• Role: Co-Principle Investigator
  • Principle Investigator: Sebastian Padó
  • Other Project Members: Sean Papay (Ph.D. student)
  • Funding: DFG (PA 1956/4-1)
  • Selected papers describing the results: 1 2 3 4 5
PSINK - Automatische Erstellung einer Wissensbasis zur Unterstuetzung der Translation von der praeklinischen Forschung in die klinische Anwendung bei Rueckenmarksverletzungen (PSINK, 2016-2020)
  • Role: Co-Principle Investigator and Proposal Author
  • Principle Investigator: Philipp Cimiano and Hans-Werner Mueller
  • Other Project Members: Nicole Brazda (Co-PI), Hendrik ter Horst, Veronica Estrada, Jessica Schira, Christian Ohmann
  • Former Project Members: Matthias Hartung
  • Funding: BMBF, i:DSem

We develop automatic information extraction methods to populate a database of preclinical experiments in the domain of spinal cord injuries.

Partners are:

More information:

Center for Reflective Text Analysis (CRETA, 2016--2021)

The Chair of Theoretical Computational Linguistics is a partner in this BMBF-funded project in which we work on emotion analysis for literature analysis. Partners at University of Stuttgart are: Institut für Literaturwissenschaft / Germanistische Mediävistik, Institut für Visualisierung und Interaktive Systeme, Historisches Institut / Landesgeschichte, Institut für Sozialwissenschaften / Internationale Beziehungen und Europäische Integration, Institut für Maschinelle Sprachverarbeitung, Institut für Philosophie / Wissenschaftstheorie und Technikphilosophie, Institut für Literaturwissenschaft / Neuere Deutsche Literatur, Institut für Linguistik / Romanistik, Institut für Literaturwissenschaft / Digital Humanities, Stuttgart Research Centre for Text Studies

More information, including publications:

Confidence Estimation for Biomedical Information Extraction (KABI, 2016--2018)
  • Role: Principle Investigator
  • Other project members: Camilo Thorne (Postdoc)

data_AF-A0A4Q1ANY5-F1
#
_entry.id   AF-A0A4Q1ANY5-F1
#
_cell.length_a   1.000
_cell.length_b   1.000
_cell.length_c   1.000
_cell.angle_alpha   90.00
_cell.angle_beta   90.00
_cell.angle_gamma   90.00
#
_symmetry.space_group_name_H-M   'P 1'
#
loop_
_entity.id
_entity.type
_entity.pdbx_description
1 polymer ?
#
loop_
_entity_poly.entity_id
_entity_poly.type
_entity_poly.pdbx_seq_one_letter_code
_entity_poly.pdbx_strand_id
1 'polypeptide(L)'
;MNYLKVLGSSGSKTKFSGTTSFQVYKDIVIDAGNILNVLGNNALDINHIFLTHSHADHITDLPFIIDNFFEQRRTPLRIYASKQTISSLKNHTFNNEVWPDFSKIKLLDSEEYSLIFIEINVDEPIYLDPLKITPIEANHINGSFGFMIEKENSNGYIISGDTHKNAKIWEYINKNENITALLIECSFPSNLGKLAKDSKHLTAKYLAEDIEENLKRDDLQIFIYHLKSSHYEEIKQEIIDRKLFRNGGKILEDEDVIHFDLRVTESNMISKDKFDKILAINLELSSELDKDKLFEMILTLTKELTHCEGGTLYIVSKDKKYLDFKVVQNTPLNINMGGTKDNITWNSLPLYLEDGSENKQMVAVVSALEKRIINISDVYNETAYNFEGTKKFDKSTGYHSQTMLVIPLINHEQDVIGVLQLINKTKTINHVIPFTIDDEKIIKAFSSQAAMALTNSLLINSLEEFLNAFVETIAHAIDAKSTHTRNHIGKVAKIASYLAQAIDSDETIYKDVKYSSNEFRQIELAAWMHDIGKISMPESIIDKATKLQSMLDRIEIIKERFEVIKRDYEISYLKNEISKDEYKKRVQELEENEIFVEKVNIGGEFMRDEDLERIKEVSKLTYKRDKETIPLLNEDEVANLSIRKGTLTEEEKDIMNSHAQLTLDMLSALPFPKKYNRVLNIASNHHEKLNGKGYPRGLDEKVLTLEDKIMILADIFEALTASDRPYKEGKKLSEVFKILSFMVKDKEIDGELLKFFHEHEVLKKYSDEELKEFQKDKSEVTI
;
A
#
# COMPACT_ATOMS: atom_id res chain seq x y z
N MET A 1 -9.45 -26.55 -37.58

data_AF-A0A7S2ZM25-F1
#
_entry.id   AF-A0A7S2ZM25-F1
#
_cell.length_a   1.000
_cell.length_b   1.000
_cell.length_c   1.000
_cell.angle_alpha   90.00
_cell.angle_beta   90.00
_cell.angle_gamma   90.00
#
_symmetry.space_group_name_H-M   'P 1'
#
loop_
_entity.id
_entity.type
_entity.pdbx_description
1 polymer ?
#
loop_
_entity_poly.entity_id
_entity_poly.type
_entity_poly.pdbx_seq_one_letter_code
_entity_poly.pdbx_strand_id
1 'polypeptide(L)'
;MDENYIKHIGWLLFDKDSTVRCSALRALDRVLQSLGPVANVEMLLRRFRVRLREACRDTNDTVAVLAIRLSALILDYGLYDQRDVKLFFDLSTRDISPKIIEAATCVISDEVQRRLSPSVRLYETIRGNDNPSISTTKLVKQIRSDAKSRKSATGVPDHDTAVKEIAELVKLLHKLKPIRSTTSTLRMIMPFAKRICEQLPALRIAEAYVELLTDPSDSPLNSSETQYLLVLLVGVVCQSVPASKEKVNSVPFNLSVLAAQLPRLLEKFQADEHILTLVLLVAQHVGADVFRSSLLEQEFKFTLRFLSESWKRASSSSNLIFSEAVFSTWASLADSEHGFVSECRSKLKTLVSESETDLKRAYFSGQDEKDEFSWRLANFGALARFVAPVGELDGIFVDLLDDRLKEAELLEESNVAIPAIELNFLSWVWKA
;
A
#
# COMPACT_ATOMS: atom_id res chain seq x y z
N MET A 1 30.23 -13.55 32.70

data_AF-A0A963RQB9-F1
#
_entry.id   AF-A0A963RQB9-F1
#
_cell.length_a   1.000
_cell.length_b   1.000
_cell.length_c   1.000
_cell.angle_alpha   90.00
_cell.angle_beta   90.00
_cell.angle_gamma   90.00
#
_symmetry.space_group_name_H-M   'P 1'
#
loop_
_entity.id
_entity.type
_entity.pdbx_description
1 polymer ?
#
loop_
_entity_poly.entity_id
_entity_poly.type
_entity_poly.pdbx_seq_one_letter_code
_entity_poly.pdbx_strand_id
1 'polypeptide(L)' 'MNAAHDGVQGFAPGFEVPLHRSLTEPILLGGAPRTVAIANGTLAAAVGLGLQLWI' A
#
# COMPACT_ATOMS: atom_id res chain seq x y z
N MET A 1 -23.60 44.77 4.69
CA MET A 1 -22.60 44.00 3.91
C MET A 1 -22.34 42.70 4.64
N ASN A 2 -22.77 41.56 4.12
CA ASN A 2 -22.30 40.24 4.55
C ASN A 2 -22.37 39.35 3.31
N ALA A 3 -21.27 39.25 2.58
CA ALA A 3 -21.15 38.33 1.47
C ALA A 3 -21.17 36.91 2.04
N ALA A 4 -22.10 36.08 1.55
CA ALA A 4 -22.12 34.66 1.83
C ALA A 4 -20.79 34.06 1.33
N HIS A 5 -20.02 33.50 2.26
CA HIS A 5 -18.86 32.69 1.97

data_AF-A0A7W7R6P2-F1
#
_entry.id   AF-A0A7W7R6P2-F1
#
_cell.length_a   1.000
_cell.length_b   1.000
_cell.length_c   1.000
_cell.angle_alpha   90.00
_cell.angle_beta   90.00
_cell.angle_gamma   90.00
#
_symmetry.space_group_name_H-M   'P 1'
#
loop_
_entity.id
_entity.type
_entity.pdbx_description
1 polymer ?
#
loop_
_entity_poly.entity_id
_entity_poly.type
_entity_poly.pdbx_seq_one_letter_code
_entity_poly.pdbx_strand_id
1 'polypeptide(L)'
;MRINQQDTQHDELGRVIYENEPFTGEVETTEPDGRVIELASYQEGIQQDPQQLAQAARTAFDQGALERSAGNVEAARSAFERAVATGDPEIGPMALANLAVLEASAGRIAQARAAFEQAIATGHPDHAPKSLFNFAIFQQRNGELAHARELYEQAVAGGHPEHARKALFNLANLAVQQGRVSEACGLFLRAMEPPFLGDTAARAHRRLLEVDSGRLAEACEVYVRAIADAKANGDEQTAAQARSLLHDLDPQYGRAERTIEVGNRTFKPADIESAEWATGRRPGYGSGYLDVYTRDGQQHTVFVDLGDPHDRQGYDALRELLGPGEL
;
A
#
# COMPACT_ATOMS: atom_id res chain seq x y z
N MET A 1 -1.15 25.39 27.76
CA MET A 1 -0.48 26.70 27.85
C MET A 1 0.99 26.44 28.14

• Funding: MWK Baden-Württemberg and University of Stuttgart

In the Life Sciences, most information is only available in free text in scientific publications. Automatic methods to extract such knowledge and to provide it in structured databases is challenged by a dilemma: Especially if potentially new information is detected in text, it is unclear if this information is actually correct or if it is wrongly extracted, for instance because the text is formulated in an uncommon way. In this project, methods will be developed which help to estimate the reliability of extracted information from biomedical publications.

Recipe Classification (2016)
  • Role: Principle Investigator
  • Other project members: Christian Scheible, Hanna Kicherer
  • Funding: Chefkoch GmbH
It's OWL (2013 – 2014)
  • Role: Postdoc in Project MMI
  • Funding: German Federal Ministry of Research and Education (BMBF)
Sentiment Analysis for Distance Education Evaluation (SADE, 2014)
  • Role: Principle Investigator
  • Funding: Online Akademie GmbH
+Spaces (2011 – 2012)
Aneurist (2006 – 2010)
Learning and Inference Platform (2006 – 2008)
  • Role: Ph.D. student
  • Funding: Fraunhofer and Max-Planck Societies
  • Other partners: MPG-FhG Collaboration Project with Fraunhofer FIRST, SCAI, IAIS, ITWM and Max-Planck Friedrich Miescher Laboratory, Institute for biological Cybernetics, Institute for Informatics, Institute for Molecular Genetics

  • Learning and Inference Platform